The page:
Interfaith Week closes gap between religions

Yale University Humanist Chaplain Chris Stedman speaks at the Chester Fritz Auditorium Monday night as part of Interfaith Week. Photo by Nicholas Nelson/The Dakota Student.

Countless cultures from every corner of the globe have their roots in religion, and there are an estimated 4,200 unique religions in the world today. Most people can name a few of the larger ones, such as Buddhism, Christianity, Hinduism, Islam and Judaism, but in a state like North Dakota it can be rare to know or even meet people of different religious backgrounds.

This is where UND’s Interfaith Week steps in.

Over the course of seven days, Interfaith Week offers students numerous opportunities to get to know others of different faiths.

“I think that if you don’t know certain people, it’s too easy to get hung up on a stereotype,” Wellness Center Special Events intern Mandy Kjeldergaard said. “Interfaith Week really helps to break down barriers.”

Almost 20 separate events were held over the past week, ranging from a Super Bowl party to an introduction of Buddhist Vipassana meditation. One of the most noticeable aspects of Interfaith Week is the diverse group of guest speakers.

“We had professors, community members, authors and even students giving presentations this week,” Kjeldergaard said.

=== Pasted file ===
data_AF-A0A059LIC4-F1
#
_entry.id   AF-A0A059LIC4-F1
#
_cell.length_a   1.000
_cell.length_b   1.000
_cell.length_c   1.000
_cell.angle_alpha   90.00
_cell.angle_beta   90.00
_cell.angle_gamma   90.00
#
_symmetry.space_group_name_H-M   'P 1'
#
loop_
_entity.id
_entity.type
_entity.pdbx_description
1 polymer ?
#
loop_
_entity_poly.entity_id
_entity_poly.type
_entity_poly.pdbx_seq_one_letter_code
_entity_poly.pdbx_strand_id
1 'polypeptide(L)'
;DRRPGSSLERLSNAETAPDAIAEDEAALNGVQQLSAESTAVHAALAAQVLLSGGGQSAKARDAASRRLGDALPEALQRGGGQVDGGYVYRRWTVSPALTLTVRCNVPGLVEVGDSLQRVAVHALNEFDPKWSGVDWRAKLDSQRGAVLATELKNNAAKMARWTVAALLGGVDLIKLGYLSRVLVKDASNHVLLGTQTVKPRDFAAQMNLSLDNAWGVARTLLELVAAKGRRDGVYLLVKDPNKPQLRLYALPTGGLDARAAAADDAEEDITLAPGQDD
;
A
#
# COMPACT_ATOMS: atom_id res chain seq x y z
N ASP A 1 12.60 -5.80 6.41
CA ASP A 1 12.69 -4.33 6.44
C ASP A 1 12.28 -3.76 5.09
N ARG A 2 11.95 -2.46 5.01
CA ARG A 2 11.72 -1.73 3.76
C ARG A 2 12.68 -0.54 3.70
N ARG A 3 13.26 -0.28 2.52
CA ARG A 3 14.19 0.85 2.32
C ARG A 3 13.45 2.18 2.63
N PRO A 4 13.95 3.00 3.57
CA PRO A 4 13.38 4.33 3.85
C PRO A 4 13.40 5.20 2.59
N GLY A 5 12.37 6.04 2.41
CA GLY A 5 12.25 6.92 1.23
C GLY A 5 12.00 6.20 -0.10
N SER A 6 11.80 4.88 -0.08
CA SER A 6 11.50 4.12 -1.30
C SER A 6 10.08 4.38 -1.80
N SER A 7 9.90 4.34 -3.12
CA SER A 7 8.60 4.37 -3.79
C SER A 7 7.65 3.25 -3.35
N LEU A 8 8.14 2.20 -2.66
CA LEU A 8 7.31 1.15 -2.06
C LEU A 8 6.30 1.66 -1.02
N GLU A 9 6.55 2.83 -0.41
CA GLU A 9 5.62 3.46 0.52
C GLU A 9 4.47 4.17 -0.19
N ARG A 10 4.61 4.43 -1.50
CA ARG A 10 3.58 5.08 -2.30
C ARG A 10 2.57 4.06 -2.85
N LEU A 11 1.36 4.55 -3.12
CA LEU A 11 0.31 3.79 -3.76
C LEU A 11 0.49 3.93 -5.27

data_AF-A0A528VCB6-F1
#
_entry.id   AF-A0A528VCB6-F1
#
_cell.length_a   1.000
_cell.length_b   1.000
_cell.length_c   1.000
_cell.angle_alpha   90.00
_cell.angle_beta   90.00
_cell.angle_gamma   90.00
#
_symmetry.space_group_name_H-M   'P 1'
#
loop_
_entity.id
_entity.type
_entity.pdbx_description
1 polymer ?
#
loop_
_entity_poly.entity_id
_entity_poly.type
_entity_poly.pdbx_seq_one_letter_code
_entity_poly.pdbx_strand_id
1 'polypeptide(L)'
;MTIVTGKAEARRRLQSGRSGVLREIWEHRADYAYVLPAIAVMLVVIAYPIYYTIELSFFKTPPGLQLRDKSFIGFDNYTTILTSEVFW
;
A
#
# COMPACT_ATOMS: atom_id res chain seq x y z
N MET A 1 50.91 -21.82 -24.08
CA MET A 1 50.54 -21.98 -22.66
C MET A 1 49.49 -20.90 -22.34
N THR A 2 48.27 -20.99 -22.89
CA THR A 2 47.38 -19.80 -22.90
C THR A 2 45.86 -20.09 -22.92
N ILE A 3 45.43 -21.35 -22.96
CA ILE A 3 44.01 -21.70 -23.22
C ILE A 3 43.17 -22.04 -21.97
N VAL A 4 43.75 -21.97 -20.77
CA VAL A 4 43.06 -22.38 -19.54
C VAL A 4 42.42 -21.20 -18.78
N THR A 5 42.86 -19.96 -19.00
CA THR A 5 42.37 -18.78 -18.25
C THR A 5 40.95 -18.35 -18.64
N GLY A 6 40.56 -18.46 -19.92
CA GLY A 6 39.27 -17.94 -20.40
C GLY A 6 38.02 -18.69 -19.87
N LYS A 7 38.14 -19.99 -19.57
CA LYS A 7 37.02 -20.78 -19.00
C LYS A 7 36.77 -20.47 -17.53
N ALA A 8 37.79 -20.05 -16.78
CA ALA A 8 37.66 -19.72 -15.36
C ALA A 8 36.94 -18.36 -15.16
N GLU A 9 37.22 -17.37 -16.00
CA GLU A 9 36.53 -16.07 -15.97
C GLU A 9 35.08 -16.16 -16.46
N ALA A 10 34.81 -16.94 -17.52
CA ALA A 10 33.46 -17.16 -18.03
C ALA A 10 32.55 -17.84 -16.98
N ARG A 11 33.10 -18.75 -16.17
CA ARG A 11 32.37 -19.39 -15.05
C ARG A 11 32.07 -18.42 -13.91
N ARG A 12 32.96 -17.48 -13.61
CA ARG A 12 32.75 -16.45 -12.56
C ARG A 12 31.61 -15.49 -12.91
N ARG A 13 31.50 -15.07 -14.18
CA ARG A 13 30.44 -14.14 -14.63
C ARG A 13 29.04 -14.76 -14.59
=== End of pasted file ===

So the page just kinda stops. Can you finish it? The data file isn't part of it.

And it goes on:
Along with many of the events offering free food, another aspect was used to entice students to participate in the multicultural gatherings. Each time students attended one of the activities, they received a chance to enter a drawing that took place at the end of the week.

“We have a bunch of prizes for the drawing, including an iPad Mini, a Fitbit, a Nook GlowLight and even a free haircut at Regis Salon,” Kjeldergaard said.

During many of the events, students were allowed to freely share their opinions on religion and faith. When asked what he thought of Interfaith Week, freshman Shaun Uhlir had a very positive response.

“I feel like I’m getting closer to everyone here,” Uhlir said. “I realized that more people questioned their faith than I thought did and I can definitely relate to people more,”

In the wake of 9/11, there was still a great deal of hostile sentiment towards Muslims in the United States. Interfaith Week began life as a way to help ease some of the tension against the religious group.

“It all started five years ago when there was a lot of anti-Muslim rhetoric in the media, and I was thinking as I was watching that we could do better than that,” campus pastor Chad Brucklacher said. “We began with a Muslim-Christian dialogue, then we added more and more faiths and began the first Interfaith Week.”

All events were designed to be as inclusive as possible, which meant they were open to members of the Grand Forks community as well. Among these, Pagan Wiccan minister Chassidy Strege put it best when asked what she hoped people got out of attending Interfaith Week events.

“My hope is that when people come, the experience nourishes them and they spread the good word,” Strege said.

Brendan McCabe is a staff writer for The Dakota Student. He can be reached at [email protected].